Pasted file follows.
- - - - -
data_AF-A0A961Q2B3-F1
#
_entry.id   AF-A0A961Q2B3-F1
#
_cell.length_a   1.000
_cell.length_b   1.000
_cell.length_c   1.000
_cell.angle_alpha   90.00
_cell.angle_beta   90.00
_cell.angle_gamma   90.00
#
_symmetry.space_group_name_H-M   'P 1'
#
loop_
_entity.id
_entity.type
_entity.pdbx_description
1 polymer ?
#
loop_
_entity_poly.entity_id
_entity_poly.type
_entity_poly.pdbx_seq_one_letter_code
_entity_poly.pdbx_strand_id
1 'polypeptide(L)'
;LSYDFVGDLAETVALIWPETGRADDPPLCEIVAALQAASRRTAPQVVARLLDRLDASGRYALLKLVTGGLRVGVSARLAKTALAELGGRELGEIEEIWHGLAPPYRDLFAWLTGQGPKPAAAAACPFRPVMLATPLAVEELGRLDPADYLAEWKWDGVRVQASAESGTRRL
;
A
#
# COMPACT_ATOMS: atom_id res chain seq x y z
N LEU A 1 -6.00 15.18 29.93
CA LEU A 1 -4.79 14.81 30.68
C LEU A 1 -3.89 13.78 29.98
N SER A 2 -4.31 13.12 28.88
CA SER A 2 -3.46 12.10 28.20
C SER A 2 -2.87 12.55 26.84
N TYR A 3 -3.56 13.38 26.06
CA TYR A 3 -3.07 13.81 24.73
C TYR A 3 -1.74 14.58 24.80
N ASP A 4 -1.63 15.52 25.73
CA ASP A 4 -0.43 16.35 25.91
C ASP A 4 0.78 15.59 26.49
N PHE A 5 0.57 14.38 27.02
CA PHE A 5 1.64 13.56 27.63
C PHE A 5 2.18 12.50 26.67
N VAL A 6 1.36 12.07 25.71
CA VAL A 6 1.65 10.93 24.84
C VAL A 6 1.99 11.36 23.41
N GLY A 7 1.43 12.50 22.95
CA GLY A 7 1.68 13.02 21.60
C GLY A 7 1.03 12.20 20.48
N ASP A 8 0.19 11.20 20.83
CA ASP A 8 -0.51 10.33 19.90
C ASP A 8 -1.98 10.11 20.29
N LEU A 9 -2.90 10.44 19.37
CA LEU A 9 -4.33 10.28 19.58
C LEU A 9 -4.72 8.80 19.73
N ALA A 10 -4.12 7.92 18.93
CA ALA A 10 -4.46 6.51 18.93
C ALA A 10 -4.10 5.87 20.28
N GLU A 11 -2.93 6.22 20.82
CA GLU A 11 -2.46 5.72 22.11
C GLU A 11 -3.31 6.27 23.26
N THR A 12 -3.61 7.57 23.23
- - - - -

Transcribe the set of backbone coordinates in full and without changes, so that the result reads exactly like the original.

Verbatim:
data_AF-A0A961Q2B3-F1
#
_entry.id   AF-A0A961Q2B3-F1
#
_cell.length_a   1.000
_cell.length_b   1.000
_cell.length_c   1.000
_cell.angle_alpha   90.00
_cell.angle_beta   90.00
_cell.angle_gamma   90.00
#
_symmetry.space_group_name_H-M   'P 1'
#
loop_
_entity.id
_entity.type
_entity.pdbx_description
1 polymer ?
#
loop_
_entity_poly.entity_id
_entity_poly.type
_entity_poly.pdbx_seq_one_letter_code
_entity_poly.pdbx_strand_id
1 'polypeptide(L)'
;LSYDFVGDLAETVALIWPETGRADDPPLCEIVAALQAASRRTAPQVVARLLDRLDASGRYALLKLVTGGLRVGVSARLAKTALAELGGRELGEIEEIWHGLAPPYRDLFAWLTGQGPKPAAAAACPFRPVMLATPLAVEELGRLDPADYLAEWKWDGVRVQASAESGTRRL
;
A
#
# COMPACT_ATOMS: atom_id res chain seq x y z
N LEU A 1 -6.00 15.18 29.93
CA LEU A 1 -4.79 14.81 30.68
C LEU A 1 -3.89 13.78 29.98
N SER A 2 -4.31 13.12 28.88
CA SER A 2 -3.46 12.10 28.20
C SER A 2 -2.87 12.55 26.84
N TYR A 3 -3.56 13.38 26.06
CA TYR A 3 -3.07 13.81 24.73
C TYR A 3 -1.74 14.58 24.80
N ASP A 4 -1.63 15.52 25.73
CA ASP A 4 -0.43 16.35 25.91
C ASP A 4 0.78 15.59 26.49
N PHE A 5 0.57 14.38 27.02
CA PHE A 5 1.64 13.56 27.63
C PHE A 5 2.18 12.50 26.67
N VAL A 6 1.36 12.07 25.71
CA VAL A 6 1.65 10.93 24.84
C VAL A 6 1.99 11.36 23.41
N GLY A 7 1.43 12.50 22.95
CA GLY A 7 1.68 13.02 21.60
C GLY A 7 1.03 12.20 20.48
N ASP A 8 0.19 11.20 20.83
CA ASP A 8 -0.51 10.33 19.90
C ASP A 8 -1.98 10.11 20.29
N LEU A 9 -2.90 10.44 19.37
CA LEU A 9 -4.33 10.28 19.58
C LEU A 9 -4.72 8.80 19.73
N ALA A 10 -4.12 7.92 18.93
CA ALA A 10 -4.46 6.51 18.93
C ALA A 10 -4.10 5.87 20.28
N GLU A 11 -2.93 6.22 20.82
CA GLU A 11 -2.46 5.72 22.11
C GLU A 11 -3.31 6.27 23.26
N THR A 12 -3.61 7.57 23.23